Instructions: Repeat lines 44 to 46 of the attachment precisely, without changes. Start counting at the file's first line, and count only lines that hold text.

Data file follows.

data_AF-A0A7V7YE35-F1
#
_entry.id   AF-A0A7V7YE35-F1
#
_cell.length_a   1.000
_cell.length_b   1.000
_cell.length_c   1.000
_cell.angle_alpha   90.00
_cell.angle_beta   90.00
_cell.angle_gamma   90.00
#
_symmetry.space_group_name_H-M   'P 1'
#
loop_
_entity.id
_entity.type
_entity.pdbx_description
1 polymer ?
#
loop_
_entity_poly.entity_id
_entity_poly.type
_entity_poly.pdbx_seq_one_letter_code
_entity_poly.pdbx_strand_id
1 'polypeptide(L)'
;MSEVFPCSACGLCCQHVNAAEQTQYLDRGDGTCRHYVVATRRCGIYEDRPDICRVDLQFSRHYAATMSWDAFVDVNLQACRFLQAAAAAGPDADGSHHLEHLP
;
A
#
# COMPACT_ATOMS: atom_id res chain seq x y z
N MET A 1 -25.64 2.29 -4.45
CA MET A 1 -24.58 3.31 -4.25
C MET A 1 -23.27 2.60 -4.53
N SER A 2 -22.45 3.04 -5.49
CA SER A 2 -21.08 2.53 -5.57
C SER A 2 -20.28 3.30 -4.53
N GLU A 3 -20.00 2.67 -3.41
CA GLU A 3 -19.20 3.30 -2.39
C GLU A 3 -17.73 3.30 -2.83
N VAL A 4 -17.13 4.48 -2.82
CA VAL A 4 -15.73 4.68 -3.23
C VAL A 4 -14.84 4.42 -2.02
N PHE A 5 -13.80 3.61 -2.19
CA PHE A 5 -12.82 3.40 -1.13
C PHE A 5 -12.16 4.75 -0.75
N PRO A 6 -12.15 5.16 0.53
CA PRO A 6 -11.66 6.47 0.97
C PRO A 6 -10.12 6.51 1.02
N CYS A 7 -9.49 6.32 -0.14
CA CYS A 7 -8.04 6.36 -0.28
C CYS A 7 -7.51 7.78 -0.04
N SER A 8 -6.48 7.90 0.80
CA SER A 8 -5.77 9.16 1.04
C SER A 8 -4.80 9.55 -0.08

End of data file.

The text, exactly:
CA PHE A 5 -12.82 3.40 -1.13
C PHE A 5 -12.16 4.75 -0.75
N PRO A 6 -12.15 5.16 0.53